At at time when it is obvious that the corporate media has given us anything but reliable, unbiased news, they are now in cahoots telling us that their rival publications are “fake”, and pushing for censorship of them, or rather of narratives, perspectives, or facts other than their own. The push for marginalizing or eradicating “fake news” is the thinly disguised attempt to gain a monopoly over reportage, and unify the perspective and agenda which the American public will be exposed to.

I got an email today from the Washington Post provocatively titled, “Russian propaganda effort helped spread ‘fake news’ during election, experts say”. Oh dear, this looks so much like corporate American propaganda it’s hurting my eyes. Russia and Putin have been a convenient scapegoat in a resurgence of desperate “red scare” tactics we haven’t seen since I was a kid. We all witnessed Hillary accusing Donald of being a “puppet of Putin” in the debates, and asserting that the email leaks were provided by Russian hackers (which Julian Assange flatly denies). We also know Hillary threatened to use military action against Russian hackers, which, to some of us might sound a bit like a potential lead up to war. Certainly if anyone took military action against us for our government’s hacking, which we do as a matter of course, we’d see that as initiating war.

Tellingly, The WSJ stated:

“The sophistication of the Russian tactics may complicate efforts by Facebook and Google to crack down on “fake news,” as they have vowed to do after widespread complaints about the problem.”

This “cracking down” on “fake news” is really censoring sources outside the mainstream news which happened to tell truths which the establishment media did not. It is an attempt to label, discredit, and then eliminate competition.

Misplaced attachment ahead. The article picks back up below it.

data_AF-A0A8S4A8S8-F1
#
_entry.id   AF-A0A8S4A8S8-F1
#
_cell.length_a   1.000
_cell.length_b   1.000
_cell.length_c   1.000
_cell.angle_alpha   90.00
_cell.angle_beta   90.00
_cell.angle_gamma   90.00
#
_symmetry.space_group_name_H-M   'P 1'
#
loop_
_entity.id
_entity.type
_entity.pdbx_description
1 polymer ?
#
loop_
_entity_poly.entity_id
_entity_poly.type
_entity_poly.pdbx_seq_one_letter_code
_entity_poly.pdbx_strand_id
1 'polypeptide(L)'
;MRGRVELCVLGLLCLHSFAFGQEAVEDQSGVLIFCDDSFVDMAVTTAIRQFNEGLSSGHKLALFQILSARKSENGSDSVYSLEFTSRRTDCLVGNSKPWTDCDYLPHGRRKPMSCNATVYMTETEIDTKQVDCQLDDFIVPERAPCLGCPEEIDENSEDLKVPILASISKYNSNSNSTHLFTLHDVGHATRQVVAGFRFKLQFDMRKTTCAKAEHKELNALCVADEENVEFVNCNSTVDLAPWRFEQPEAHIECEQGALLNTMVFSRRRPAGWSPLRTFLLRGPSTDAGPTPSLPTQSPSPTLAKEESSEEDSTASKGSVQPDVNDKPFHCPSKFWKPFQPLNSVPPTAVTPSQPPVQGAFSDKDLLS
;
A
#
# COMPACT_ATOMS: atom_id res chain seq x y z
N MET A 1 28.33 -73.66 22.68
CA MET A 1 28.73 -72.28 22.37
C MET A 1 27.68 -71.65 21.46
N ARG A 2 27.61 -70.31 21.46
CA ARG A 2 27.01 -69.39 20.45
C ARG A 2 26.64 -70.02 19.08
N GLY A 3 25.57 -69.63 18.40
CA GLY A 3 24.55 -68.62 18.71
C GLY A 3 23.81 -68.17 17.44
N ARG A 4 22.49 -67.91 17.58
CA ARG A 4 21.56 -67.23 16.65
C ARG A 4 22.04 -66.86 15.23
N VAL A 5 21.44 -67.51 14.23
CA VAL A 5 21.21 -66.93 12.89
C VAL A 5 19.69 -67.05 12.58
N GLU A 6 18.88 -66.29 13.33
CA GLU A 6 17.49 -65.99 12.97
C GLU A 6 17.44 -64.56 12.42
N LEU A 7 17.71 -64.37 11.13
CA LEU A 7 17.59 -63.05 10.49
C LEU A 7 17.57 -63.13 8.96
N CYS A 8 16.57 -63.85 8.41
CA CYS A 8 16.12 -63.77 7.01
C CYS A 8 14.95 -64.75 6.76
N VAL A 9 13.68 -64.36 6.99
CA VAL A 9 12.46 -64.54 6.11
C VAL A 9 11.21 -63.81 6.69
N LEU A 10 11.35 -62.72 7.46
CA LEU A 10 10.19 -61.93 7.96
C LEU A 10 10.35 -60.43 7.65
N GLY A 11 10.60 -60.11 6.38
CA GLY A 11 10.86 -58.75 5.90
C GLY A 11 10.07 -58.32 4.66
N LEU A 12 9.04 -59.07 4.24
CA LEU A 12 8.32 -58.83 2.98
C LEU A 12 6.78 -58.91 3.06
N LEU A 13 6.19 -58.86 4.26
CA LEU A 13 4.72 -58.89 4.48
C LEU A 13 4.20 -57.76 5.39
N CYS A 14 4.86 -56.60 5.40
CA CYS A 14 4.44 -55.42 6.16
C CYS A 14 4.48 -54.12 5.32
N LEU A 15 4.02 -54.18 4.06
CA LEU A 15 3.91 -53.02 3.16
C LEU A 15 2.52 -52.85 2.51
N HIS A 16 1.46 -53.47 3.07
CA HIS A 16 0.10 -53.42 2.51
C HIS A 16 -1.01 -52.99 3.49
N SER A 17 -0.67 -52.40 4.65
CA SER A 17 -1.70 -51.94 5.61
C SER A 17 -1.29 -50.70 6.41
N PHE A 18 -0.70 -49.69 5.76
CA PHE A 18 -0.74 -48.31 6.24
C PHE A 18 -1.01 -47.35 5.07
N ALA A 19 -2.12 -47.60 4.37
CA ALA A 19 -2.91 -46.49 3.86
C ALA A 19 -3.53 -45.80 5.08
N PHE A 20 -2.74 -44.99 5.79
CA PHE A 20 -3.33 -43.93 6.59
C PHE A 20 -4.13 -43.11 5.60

The WSJ article sites spurious “independent sources” which concluded that, yes, Russia, and the bogie man, Vladimir Putin, were behind all the negative stories about Clinton that they feel might have thrown the election to Trump. As it turns out, one of the independent sources is “The Foreign Policy Research Institute”, a conservative think tank responsible for promulgating the cold war. We might consider they have a vested interest in maligning Russia. The other, a website called PropOrNot (short for “Propaganda or Not”), established in August of this year, does not disclose who they are associated with or who their Executive Director is, ostensibly because he fears being the target of Russian hackers. In short, here we have one verified and another probable establishment propaganda outlet telling us all the sources of news that are critical of the establishment are mere propaganda and should be avoided at all costs in favor of the implicit real news not on the list. Do I need to say that the WSJ is not on the list. Wikileaks is. RT is. And interestingly, some solid liberal sites which sometimes have a high enough regard for journalism that they’ll report what’s going on whether they like it or not are also on there, such as Truthdig, and Counterpunch.